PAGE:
After writing a reflection after the fifth day, which was a very vulnerable piece for me, many colleagues encouraged me to write a final reflection. It's hard to capture all the excitement and creativity from the students and teachers in a blog post. Hopefully the sampling of pictures below will help show the wonder of this year's summer school.
1) The Students.
This structure of summer school really had an affect on the students. Through the work of the district's Minority Achievement and Talent Development committee (MATD) one of the recommendations was to shift the focus of summer school from the traditional efforts of intervention and remediation to enrichment. Their research, studies, and analysis of data revealed that the majority of students in traditional summer intervention programs don't make significant improvements in math and literacy. Students who attend summer school have also not been in favor of attending summer school. Why go to school during the summer to work on things you struggle with and feel the effects of having this knowledge, the social aspect of others knowing this, and also missing out on experiencing things often associated with the summer months? In addition, many students who attend summer school have parents who are working full-time and may not have the opportunity or the means to provide those summer activities. As a result, summer school focused on enrichment was created. Make the program so exciting with enrichment opportunities that students will want to attend summer school. Provide students enrichment opportunities that they otherwise may miss due to the challenges of time and resources. Engage the students in design thinking and design challenges, genius hour, passion project, MysterySkype, science and engineering projects, discussions about growth mindset and neuroplasticity, field trips to The Computer History Museum and Hiller Aviation Museum, creative art projects, number talks, and interactive read alouds.
This was definitely achieved throughout the summer as I saw students come off the buses smiling, greeting me and their teachers, asking what they'll do that day, and many running to class. Students wanting to come to school. This was evident on the last day by the tears on many faces as they walked towards the bus at dismissal. "I'm going to miss you, Ms. ----." "I don't want summer school to end."
2) The Staff.
It was an absolute pressure serving and partnering with the teachers, aides, custodians, librarian, secretary, campus supervisor, and coach during summer school. The teachers were all committed, dedicated, and passionate educators who were creative, curious, flexible, and purposeful with their lessons with the students. It was such a powerful summer experience for all.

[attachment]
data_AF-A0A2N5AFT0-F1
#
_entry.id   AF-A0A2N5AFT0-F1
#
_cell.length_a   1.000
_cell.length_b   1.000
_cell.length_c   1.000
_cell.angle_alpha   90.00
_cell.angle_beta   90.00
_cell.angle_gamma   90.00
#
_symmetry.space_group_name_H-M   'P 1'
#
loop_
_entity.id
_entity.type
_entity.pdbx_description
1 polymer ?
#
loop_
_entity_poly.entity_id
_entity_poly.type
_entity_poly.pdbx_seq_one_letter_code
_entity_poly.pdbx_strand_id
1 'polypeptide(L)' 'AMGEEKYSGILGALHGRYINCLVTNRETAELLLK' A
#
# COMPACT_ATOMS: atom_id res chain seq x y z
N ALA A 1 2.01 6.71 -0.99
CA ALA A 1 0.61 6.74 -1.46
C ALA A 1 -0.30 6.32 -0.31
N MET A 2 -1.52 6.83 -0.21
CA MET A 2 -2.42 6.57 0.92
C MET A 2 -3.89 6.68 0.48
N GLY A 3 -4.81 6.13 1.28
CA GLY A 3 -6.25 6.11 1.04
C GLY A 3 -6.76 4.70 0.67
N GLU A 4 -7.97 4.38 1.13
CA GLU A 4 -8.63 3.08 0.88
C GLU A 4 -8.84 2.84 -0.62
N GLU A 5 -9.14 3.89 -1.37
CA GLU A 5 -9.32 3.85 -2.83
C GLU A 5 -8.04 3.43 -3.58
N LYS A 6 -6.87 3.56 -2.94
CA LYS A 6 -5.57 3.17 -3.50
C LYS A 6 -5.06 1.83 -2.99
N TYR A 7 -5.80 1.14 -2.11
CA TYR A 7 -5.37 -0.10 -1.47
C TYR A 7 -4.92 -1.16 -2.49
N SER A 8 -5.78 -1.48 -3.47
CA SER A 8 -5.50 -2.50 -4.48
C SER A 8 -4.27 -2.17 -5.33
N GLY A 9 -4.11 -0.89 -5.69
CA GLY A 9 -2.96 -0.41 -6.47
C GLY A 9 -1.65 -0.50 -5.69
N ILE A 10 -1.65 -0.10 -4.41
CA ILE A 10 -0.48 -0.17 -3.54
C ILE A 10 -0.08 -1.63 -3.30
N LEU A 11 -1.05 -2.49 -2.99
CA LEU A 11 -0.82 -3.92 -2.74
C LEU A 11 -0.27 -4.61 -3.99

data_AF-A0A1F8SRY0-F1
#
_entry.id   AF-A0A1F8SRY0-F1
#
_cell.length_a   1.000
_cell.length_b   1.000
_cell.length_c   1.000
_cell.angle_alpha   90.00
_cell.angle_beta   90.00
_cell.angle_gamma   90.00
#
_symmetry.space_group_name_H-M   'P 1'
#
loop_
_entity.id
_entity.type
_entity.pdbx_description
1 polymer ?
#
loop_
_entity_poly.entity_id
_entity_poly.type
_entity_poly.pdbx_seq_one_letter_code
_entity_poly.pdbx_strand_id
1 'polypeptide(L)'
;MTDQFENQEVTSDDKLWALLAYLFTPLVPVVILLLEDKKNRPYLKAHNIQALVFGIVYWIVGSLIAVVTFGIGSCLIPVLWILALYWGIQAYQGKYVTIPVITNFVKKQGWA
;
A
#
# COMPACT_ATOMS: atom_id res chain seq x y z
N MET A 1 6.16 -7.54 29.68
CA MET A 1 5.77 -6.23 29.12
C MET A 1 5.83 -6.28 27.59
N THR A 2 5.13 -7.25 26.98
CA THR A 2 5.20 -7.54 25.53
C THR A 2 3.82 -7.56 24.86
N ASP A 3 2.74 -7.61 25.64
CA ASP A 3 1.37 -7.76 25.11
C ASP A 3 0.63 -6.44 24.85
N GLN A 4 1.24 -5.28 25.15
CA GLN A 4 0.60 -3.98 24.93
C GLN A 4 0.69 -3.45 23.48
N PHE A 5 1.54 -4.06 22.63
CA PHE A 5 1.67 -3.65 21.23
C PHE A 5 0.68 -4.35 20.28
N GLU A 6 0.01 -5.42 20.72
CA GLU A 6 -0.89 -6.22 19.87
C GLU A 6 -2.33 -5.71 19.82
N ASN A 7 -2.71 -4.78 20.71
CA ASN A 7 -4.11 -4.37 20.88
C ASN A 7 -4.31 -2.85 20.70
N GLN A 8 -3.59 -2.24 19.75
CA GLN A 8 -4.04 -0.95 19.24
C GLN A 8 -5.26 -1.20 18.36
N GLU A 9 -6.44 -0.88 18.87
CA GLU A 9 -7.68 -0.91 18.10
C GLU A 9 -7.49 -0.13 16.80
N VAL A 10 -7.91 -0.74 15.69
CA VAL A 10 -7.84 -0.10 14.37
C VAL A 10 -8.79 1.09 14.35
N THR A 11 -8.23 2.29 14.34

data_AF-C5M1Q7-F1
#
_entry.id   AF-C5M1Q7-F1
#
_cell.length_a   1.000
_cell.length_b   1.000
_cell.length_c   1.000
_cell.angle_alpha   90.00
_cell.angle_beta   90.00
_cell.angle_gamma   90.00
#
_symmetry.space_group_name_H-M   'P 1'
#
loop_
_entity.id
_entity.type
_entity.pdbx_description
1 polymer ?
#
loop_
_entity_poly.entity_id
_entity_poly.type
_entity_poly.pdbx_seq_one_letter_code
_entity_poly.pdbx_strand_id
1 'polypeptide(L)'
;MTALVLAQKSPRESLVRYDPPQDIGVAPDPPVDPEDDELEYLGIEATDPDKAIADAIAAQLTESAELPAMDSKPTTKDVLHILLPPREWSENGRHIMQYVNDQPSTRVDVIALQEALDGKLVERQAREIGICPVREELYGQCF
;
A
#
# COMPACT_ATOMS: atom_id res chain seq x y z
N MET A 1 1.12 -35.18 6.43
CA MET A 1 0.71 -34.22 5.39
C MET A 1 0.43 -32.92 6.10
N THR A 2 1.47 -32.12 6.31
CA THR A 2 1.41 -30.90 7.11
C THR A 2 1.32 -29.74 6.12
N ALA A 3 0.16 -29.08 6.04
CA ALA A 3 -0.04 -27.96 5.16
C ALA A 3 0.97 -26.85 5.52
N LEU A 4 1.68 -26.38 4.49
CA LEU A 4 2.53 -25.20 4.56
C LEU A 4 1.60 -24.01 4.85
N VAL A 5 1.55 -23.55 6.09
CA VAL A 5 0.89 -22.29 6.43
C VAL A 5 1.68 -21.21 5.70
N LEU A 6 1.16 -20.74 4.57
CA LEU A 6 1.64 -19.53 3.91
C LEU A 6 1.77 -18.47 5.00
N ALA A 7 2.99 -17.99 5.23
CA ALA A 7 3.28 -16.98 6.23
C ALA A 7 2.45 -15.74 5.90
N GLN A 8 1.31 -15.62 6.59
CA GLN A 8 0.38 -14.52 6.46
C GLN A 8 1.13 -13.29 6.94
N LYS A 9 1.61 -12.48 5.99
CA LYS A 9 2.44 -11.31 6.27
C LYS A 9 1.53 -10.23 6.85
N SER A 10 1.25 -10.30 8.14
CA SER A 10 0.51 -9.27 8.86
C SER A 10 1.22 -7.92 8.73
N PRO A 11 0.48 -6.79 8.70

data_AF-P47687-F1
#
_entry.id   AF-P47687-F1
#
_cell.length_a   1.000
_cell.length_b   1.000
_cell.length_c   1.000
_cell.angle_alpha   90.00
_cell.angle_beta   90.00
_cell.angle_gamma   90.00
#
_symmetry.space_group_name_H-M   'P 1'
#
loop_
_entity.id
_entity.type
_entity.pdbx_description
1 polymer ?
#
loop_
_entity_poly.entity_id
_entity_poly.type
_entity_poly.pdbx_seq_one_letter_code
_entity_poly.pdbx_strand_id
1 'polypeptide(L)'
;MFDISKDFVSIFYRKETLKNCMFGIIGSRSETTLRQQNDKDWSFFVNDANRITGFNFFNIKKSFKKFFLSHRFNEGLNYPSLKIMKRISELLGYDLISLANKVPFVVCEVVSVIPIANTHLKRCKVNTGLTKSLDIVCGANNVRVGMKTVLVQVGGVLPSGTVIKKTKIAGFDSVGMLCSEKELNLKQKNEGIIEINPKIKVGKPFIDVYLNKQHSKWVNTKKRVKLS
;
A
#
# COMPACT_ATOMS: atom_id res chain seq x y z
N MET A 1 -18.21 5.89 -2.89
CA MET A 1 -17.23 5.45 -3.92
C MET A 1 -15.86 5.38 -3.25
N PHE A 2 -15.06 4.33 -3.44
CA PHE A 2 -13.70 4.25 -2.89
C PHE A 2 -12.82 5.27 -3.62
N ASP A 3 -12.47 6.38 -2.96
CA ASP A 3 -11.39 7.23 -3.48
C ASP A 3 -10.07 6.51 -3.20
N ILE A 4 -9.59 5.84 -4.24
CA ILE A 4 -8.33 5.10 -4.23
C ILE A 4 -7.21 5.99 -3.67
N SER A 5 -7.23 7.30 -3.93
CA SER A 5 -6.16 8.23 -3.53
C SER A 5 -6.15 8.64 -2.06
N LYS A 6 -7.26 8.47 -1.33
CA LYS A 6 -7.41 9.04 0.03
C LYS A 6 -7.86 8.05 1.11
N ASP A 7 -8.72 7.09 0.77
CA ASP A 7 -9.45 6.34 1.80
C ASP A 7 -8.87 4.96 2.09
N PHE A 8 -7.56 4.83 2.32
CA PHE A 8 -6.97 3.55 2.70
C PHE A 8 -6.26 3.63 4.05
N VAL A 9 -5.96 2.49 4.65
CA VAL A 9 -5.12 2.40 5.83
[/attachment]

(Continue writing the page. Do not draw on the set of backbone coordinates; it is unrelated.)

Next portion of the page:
As mentioned in my Fives for Five post, I really worked on communicating my appreciation and acknowledgement of the teachers' hard work. Often, a teacher's efforts goes unnoticed and it's important to show recognition of those efforts. I feel it's equally important during summer school, if not more. Those teachers could've spent their summers doing a variety of things but they chose to share their summer with the students. What a wonderful gift to the students.
Before I began this position as summer school principal I made a plan to recognize and acknowledge the teachers' efforts.
Week 1: write personalized thank you cards appreciating teachers sharing their summer with the students.
Week 2: send an email message to teachers' principal during the school year sharing the awesome ideas and projects their teachers are sharing during summer school (copying the teacher on the message as well).
Week 3: make personalized etched glasses for the teachers along with the staff appreciation brunch on the second to the last day of summer school.
3) The Curriculum.
Having a summer school program focused on enrichment and 21st century skills providing the teachers the freedom and flexibility to create their own lessons and curriculum. It was great to see the teachers try out lessons and activities they were passionate about, interested in exploring, and took risks in trying. It was an honor and pleasure to observe and support teachers with all their wonderful activities and lessons. Some were:
- Designing model cars
- Designing bird feeders
- Egg drops
- Lessons around growth mindset and neuroplasticity
- Amazing art projects
- Exploring items that sink or float in regular water and salt water
- Creating parachutes
- Engineering Is Elementary kits
- Explorations with soil, dirt, and bridges
On the last day of summer school, I faced the biggest challenge of all. The night before the last day I received an email from one of the teachers asking if we could talk the next day. When we met, she shared with me her suspicion of physical child abuse with one of her students by the child's father. A call to CPS. In my over ten years of being an educator I never made a call to CPS (fortunately). On this last day of summer school I was making my first CPS call. What makes this situation extra unique was the teacher who shared her suspicion was entering her first year of teaching. What a way to start a career.
In short, after contacting my supervisors for advice and guidance, I assisted the teacher in calling CPS, filled out and faxed the report, recorded the entire experience, and circled back with my supervisors to share what happened. A call to CPS - on the last day of summer school. What a way to end the summer.
Summer school principal. What an incredible experience - seeing the students' excitement and engagement, supporting the teachers, seeing the fantastic activities and lessons, and, of course, all the challenges as well. I didn't really consider applying for this principal position; my boss suggested that I apply. Now, as summer school is over, I am definitely glad I did. What an incredible experience!